16. J Bruehl vs Philidor 0-1471783Philidor Blind Simul 3b, LondonC23 Bishop's Opening
17. Philidor vs J Bruehl ½-½491787Casual game, rook odds for pawn and move000 Chess variants
18. J Bruehl vs Philidor ½-½441787Philidor Blindfold simul, 2b LondonC23 Bishop's Opening
19. Leycester vs Philidor 0-1291788Casual game, knight odds000 Chess variants
20. Leycester vs Philidor 1-0491788Casual game, knight odds000 Chess variants
21. Leycester vs Philidor ½-½791788Casual game, knight odds000 Chess variants
22. De Beaurevoir vs Philidor  0-1371788Casual game, odds of pawn and two moves000 Chess variants
23. De Beaurevoir vs Philidor  0-1561788Casual game, odds of pawn and two moves000 Chess variants
24. Philidor vs J Bruehl 0-1201788Casual game, rook odds for pawn and move000 Chess variants
25. Leycester vs Philidor 0-1351788Odds London000 Chess variants
 page 1 of 3; games 1-25 of 54  PGN Download
  REFINE SEARCH:   White wins (1-0) | Black wins (0-1) | Draws (1/2-1/2) | Philidor wins | Philidor loses  

Kibitzer's Corner
< Earlier Kibitzing  · PAGE 12 OF 12 ·  Later Kibitzing>
May-03-17  bobmeadley: Philidor's games in his 1749 first edition are considered by many to be unreal games. Or 'manufactured' for his book. There are only 9 and the Aleppo Gambit game looks like one between Philidor and Stamma. But this is my speculation. Does anyone have any proof either way?
May-03-17  Petrosianic: <bobmeadley>: <Does anyone have any proof either way?>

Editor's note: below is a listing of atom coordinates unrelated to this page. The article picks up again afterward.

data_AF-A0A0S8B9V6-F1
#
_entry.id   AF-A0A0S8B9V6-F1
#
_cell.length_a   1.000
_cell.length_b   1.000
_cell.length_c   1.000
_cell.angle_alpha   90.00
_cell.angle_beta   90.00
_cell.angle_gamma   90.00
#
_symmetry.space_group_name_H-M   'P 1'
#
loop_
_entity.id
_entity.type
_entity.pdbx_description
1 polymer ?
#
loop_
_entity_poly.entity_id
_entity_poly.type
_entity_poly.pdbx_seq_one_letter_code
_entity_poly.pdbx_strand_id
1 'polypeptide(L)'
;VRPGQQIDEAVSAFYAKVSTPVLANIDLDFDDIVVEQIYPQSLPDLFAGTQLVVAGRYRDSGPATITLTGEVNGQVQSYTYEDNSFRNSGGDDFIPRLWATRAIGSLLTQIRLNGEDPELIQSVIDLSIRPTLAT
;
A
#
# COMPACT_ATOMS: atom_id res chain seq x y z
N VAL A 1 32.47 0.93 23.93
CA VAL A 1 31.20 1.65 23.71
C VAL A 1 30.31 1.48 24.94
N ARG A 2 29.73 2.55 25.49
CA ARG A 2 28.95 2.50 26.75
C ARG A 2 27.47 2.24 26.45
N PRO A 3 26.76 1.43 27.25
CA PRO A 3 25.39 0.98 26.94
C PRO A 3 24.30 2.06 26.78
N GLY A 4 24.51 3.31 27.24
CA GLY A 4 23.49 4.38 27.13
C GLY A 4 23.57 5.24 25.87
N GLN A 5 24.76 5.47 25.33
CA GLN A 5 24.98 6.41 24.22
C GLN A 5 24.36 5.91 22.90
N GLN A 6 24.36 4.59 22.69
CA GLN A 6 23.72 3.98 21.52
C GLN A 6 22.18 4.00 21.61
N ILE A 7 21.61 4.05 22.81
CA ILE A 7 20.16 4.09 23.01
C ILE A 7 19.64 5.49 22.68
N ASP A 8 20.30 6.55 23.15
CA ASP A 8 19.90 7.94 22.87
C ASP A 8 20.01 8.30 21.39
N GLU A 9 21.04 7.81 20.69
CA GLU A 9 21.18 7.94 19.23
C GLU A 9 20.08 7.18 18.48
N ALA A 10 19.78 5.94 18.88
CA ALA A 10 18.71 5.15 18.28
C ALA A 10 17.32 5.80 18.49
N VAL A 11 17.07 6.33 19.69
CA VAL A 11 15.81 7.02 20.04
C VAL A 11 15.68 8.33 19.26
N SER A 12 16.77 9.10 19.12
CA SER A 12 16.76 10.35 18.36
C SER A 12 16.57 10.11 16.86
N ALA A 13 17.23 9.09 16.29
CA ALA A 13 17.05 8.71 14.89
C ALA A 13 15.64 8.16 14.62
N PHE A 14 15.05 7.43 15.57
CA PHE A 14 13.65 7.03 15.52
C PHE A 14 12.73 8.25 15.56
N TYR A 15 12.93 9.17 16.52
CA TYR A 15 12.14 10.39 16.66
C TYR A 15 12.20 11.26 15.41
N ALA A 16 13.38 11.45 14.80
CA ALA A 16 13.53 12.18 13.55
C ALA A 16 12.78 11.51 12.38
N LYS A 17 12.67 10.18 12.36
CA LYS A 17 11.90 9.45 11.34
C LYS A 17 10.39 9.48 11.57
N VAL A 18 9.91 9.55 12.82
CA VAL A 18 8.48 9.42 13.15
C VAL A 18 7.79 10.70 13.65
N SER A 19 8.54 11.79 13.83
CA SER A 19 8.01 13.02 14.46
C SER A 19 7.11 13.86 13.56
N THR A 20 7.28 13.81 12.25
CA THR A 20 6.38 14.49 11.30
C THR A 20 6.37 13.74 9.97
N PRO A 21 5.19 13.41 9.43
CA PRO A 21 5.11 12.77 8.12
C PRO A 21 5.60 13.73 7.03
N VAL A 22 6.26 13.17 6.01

Of course not. You can't speculate blindly about something centuries later, and then expect to find proof of the speculation. If there were proof, the matter would have been settled long ago and the speculation would never have happened at all.

Premium Chessgames Member
  Sally Simpson: In 'Analyse du jeu des Échecs' 1749, Philidor <analysed> 9 openings.
May-27-17  bobmeadley: To Petrosianic. Von der Lasa stated in his Supplement in Allen that the 1749 games were manufactured and as we have no early Philidor games would it not be a good thing if those games were given a 21st century examination? There are many finds today in many fields that change views of the past surely?
Premium Chessgames Member
  mifralu: Rousseau -- Philidor (played in Paris at the Café Procope)

click for larger view

Jean-Jacques Rousseau announced mate in nine moves!

<1. fxg6+ Kh8 2. g7+ Kg8 3. gxf8=Q+ Kxf8 4. Qg7+ Ke8 5.Nxd6+ Rxd6 6. Qg8+ Kd7 7. Qxf7+ Kd8 8. Qc7+ Ke8 9. Qe7# 1-0>

Jul-26-17  zanzibar: Is it because he's French that he's fuppofed to be peft Chefs-player in the World?

C.N. 5095


Jul-26-17  zanzibar: <jnpope> it would be nice if you used forward-slashes in your FEN (from the game above)!